Ludwig van BEETHOVEN (1770-1827) CD 1 [76:54]
Piano Sonata in C minor Op. 13, “Grande Sonate Pathétique” (1798-99)
Piano Sonata in C sharp minor, Op. 27 No. 2 Sonata quasi una
Fantasia, “Moonlight: (1801) [15:49]
Piano Sonata in D major, Op. 28, “Pastorale” (1801) [22:44]
Piano Sonata in A flat major, Op. 110 (1821) [19:30] CD 2 [73:58]
Piano Sonata in C major, Op. 53 “Waldstein” (1803-04) [23:21]
Piano Sonata in F minor, Op. 57, “Appassionata” (1804-05) [24:16]
Piano Sonata in C minor, Op. 111 (1821-22) [26:11] CD 3 [79:12]
Piano Sonata in D minor, Op. 31 No. 2 “The Tempest” (1801-02) [22:16]
Piano Sonata in E flat major, Op. 81a, “Das Lebwohl” (“Les Adieux”)
Piano Sonata in B flat major, Op. 106. “Für das Hammerklavier”
Stephen Kovacevich (piano) rec. Air Studios, Lyndhurst Hall and No.1 Studio,
Abbey Road, London (Opp. 31/2, 53, 110) 1992 (Opp. 53, 110); 1994
(Op.31/2); 1997 (Op.13); 1998 (Op.28); 1999 (Op.27/2, 57); 2001
(Op.106); 2002 (Op.81a); 2003 (Op.111)
EMI CLASSICS 2153142 [3 CDs: 76:54 + 73:58 + 79:12]
As is well known Kovacevich’s recording of the cycle of Beethoven’s
piano sonatas was a protracted affair. This box forms a core selection
and sports recordings dates over a decade apart, the earliest
dating from 1992 and the most recent from 2003.
speaking this cycle came in for an uneven reception. Listening
to these particular sonatas again confirms one in the belief
that Kovacevich veers from tranluscence and tonal beauty to
a powerful straining at the leash that more than once causes
unsettling things to happen. Whatever else may be true these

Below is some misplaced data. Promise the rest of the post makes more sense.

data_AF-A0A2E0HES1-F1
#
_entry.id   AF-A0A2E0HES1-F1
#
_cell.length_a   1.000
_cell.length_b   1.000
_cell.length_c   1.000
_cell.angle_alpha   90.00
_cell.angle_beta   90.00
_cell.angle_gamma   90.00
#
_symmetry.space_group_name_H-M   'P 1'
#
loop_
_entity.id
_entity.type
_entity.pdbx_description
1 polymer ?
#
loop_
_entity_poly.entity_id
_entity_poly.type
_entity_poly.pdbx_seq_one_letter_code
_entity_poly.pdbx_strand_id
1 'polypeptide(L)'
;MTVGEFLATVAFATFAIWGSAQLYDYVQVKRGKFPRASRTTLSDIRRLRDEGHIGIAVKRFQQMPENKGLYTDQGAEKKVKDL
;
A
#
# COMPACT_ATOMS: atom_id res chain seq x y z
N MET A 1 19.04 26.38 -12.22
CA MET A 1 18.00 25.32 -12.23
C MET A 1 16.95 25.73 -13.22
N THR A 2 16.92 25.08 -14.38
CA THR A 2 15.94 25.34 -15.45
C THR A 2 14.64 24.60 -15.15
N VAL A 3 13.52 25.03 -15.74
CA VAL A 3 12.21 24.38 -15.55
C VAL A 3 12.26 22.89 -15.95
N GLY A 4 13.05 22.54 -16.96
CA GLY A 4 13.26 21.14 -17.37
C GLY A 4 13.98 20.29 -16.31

are performances that are never dull.
Moonlight is a emblematic case study. It opens very slowly
though not in a way that seems either especially nuanced or
indeed very expressive. But Kovacevich, after negotiating the
Allegretto with sang froid, then reveals his schema for the
work, which is a sting in the tail – a daemonically driving,
helter skelter finale unleashed with ferocious force.
we reach the Appassionata we encounter a less
overtly fearsome presence but one that remains palpably insistent,
chordally tenacious, and a performance that gives us a broadly
externalised texture. It’s immensely impressive but rather one-sided.
The Hammerklavieropens a touch under
the mark but is architecturally cogent. The scherzo can be a
little heavy, whilst the slow movement is a rather aloof, perhaps,
tonally refined but not overtly expressive. I must admit I find
Les Adieux far preferable, indeed one of the very best
played and interpreted of the examples in this three CD set.
It’s a powerful traversal but along with the clarity and directness
we find an expressive depth and a taut rhythmic profile that
is not the product of Kovacevich’s sometimes too powerful attacks.
The sense of unceasing
attack can be felt in the opening movement of the Waldstein
sonata – some indeed may find it too unyielding. I think the
same may be the case with Op.111 which shares something of this
gargantuan quality and in addition to which, the Arietta never
quite takes flight. Op.110 however does attain a cathartic power
that isn’t predicated merely on tensile strength.
The recordings are
necessarily variable given the wide span of time and the two
locations involved. As a core selection of Kovacevich’s Beethoven
this set reveals exceptional pianism though the results are
somewhat more ambivalent.
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John Quinn Seen & Heard Editor Emeritus Bill Kenny Editor in Chief
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